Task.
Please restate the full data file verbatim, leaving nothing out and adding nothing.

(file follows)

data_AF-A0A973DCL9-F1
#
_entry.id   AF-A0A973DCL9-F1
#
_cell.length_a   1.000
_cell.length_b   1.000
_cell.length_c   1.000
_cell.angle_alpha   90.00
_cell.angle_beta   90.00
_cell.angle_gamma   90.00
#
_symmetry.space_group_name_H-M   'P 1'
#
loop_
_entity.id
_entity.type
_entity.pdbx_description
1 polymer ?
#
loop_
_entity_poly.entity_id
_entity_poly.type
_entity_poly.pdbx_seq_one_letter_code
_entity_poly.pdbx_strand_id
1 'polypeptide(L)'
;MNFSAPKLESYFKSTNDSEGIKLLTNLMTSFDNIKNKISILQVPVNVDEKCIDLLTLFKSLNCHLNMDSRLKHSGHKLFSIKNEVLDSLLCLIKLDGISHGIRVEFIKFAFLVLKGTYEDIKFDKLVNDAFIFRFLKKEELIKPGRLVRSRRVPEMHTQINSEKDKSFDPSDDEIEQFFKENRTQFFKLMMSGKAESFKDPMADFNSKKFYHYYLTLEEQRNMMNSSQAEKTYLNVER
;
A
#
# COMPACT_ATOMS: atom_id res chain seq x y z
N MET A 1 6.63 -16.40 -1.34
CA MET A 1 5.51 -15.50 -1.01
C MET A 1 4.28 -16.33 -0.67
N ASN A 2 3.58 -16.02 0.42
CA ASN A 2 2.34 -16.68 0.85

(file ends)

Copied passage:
data_AF-A0A973DCL9-F1
#
_entry.id   AF-A0A973DCL9-F1
#
_cell.length_a   1.000
_cell.length_b   1.000
_cell.length_c   1.000
_cell.angle_alpha   90.00
_cell.angle_beta   90.00
_cell.angle_gamma   90.00
#
_symmetry.space_group_name_H-M   'P 1'
#
loop_
_entity.id
_entity.type
_entity.pdbx_description
1 polymer ?
#
loop_
_entity_poly.entity_id
_entity_poly.type
_entity_poly.pdbx_seq_one_letter_code
_entity_poly.pdbx_strand_id
1 'polypeptide(L)'
;MNFSAPKLESYFKSTNDSEGIKLLTNLMTSFDNIKNKISILQVPVNVDEKCIDLLTLFKSLNCHLNMDSRLKHSGHKLFSIKNEVLDSLLCLIKLDGISHGIRVEFIKFAFLVLKGTYEDIKFDKLVNDAFIFRFLKKEELIKPGRLVRSRRVPEMHTQINSEKDKSFDPSDDEIEQFFKENRTQFFKLMMSGKAESFKDPMADFNSKKFYHYYLTLEEQRNMMNSSQAEKTYLNVER
;
A
#
# COMPACT_ATOMS: atom_id res chain seq x y z
N MET A 1 6.63 -16.40 -1.34
CA MET A 1 5.51 -15.50 -1.01
C MET A 1 4.28 -16.33 -0.67
N ASN A 2 3.58 -16.02 0.42
CA ASN A 2 2.34 -16.68 0.85